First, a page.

Wednesday, October 20, 2010

vintage patterns: girls' outerwear edition!

First things first: in my last post, I wrote about Elvie's quilt.  Stay tuned, a tutorial is in the works!  Also, thanks so much to {KID} Independent for featuring Owlette last week!  {KID} Independent is an indie style blog for kids and parents based in Australia, a country that gives me more and more reasons to love it each day.

At a flea market last month, I found a box full of children's clothing patterns from the 1940s-60s (at the latest); I bought all of them for $10 and just about skipped home!  Here is a selection of girls' outerwear; I hope you find these as exciting as I do:

[LEFT: my favorite, Butterick size 4 girl's coat.  "The double-breasted coat with buttons to the waist.  It is nicely fitted, and has a gently flared skirt.  The back belt buttons on neatly.  This is a favorite dress-up fashion for the young miss... and it does for every day as well."  RIGHT: Advance size 8 cape and hat.]

Realistically, I know I won't make half of these.  But they serve as great style inspiration for Owlette, and I've had a difficult time tracking down vintage kid style resources.

[LEFT: Simplicity size 4 child's coat, hood and leggings.  "The flared-back coat, finished with lining, is styled with a double row of buttons and welt pockets...  In style 1, the leggings, made with suspenders, have openings at the sides and are finished with elastic casing in back.  The straps at the lower edge fasten with hammer or metal fasteners..."  CENTER: Simplicity size 4 child's one-piece dress, coat with detachable collar and hat.  RIGHT: McCall size 8 child's coat.]

[This is for my fellow lovers of technical illustrations!  I find them more useful than the pattern front.]

It is clear to me, from reading through these patterns, that our collective sewing knowledge has shrunk in the last several decades.  The reasons for this are obvious; perhaps I'll tell you what you already know in another post.  Inside of one of the patterns I found another mystery pattern, traced onto the funny papers:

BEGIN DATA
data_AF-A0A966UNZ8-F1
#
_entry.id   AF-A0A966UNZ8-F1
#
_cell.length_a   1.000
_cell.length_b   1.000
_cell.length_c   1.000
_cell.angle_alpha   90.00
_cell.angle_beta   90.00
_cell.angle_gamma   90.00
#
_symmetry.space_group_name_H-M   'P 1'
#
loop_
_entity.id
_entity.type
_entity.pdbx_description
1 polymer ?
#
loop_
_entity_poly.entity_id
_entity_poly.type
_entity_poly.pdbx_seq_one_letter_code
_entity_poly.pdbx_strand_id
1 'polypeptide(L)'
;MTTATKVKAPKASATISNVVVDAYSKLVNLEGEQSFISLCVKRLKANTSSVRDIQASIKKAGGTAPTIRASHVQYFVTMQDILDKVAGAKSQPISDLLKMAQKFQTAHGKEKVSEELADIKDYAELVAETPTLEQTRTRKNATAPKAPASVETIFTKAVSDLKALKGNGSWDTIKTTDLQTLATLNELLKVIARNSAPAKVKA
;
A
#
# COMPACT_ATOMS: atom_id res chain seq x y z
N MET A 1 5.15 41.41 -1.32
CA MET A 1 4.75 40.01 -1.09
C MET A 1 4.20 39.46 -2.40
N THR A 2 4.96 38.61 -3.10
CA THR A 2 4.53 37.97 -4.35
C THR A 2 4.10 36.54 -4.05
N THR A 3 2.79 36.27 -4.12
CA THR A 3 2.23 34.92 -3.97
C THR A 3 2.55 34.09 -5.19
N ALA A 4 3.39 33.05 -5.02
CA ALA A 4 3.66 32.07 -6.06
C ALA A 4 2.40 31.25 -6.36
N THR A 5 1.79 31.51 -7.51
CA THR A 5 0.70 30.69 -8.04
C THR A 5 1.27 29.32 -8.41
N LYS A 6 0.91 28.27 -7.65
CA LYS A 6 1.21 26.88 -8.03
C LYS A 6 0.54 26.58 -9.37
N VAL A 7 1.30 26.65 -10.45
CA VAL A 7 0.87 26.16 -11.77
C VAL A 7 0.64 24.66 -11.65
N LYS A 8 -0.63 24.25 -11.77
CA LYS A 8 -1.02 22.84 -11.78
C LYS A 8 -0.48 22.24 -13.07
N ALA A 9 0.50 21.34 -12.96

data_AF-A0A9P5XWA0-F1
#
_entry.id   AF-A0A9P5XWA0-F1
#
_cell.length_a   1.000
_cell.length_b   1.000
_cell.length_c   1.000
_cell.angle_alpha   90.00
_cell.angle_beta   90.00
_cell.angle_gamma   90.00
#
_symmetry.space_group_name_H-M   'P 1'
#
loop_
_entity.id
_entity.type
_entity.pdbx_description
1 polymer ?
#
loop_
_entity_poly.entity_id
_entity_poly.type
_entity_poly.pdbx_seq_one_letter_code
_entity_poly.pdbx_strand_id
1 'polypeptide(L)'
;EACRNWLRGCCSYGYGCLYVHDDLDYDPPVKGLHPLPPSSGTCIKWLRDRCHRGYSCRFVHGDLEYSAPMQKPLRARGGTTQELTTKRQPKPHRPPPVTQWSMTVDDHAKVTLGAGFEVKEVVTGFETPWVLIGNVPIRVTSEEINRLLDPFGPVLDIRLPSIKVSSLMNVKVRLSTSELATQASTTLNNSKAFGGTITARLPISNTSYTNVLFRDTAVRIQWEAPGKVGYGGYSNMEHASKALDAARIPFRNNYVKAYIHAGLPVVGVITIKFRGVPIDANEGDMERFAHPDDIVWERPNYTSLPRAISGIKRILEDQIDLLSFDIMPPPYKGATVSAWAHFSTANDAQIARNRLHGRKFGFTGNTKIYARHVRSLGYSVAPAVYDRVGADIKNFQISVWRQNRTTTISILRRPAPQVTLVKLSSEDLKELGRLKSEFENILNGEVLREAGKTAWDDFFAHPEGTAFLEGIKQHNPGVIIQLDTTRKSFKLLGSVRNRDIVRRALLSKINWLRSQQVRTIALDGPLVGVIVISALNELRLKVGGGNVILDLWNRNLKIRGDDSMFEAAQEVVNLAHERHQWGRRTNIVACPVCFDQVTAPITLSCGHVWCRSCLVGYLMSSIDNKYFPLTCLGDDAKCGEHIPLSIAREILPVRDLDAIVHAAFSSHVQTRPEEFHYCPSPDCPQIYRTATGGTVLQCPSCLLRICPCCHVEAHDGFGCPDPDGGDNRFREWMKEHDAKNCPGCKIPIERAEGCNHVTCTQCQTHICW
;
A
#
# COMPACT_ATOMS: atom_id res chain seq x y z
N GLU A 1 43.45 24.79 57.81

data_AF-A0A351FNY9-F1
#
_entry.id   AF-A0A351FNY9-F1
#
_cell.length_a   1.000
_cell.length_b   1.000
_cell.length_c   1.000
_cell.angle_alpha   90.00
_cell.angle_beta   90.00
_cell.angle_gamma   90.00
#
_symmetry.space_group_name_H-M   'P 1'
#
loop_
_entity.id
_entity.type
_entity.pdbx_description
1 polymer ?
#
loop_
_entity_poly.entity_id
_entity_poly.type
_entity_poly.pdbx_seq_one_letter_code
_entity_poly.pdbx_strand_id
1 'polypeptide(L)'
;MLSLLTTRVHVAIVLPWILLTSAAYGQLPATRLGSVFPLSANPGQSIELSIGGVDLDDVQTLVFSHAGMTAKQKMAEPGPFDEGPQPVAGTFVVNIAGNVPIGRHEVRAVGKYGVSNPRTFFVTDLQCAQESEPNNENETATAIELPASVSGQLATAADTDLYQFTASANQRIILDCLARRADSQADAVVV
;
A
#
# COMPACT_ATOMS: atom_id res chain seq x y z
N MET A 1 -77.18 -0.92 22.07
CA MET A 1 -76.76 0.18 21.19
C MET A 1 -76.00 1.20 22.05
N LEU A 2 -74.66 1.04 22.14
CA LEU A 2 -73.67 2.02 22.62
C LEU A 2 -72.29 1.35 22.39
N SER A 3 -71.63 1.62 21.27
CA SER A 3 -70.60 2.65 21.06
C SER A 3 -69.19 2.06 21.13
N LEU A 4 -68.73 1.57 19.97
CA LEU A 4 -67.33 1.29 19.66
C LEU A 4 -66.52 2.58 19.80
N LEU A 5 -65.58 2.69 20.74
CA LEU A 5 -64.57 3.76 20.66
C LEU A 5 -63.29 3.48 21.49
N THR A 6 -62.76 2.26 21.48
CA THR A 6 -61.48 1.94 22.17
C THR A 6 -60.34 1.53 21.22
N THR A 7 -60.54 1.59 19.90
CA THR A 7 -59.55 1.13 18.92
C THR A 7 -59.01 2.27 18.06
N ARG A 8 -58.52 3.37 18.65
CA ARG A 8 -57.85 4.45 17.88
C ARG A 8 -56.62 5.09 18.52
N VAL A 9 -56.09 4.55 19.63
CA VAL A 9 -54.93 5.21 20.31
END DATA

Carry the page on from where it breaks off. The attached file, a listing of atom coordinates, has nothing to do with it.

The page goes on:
[Note the date of copyright on the comic strip!]

So, readers, do you have any tips for working with vintage patterns?  What about for preserving them?  Some of the patterns are water damaged and especially delicate... about a third are unprinted, and have those holes punched in the tissue.  Does anyone have a good resource for deciphering unprinted patterns?  All advice and anecdotes are most welcome!


  1. oooh, i want to make all of these in amy size! i have so much to converse about with everything you're up to these days; why on earth didn't we pow-wow regularly when you lived 4 blocks away? sigh, it never works that way...oh well.

    is the mystery pattern, perhaps, someone's personal alterations for the pattern that came in the same envelope?

  2. I think I was too busy romancing my sewing machine to hang out with actual people! I mentioned to Abbey that you and I talk more over the internet now than we ever did in person--we'll have to make up for it when I'm in town for the Handmade Market. I can't wait to see your loom!!

    The mystery pattern was tucked in with the cape, and looks to be a girl's blouse with maybe some kind of banded sleeve. There are some weird pieces that are probably facing, but there are no marks that indicate whether the front or back pieces are cut on a fold or not. Some of the comics the pattern is traced on have really racist depictions of Native Americans, it's kind of shocking that that was mainstream!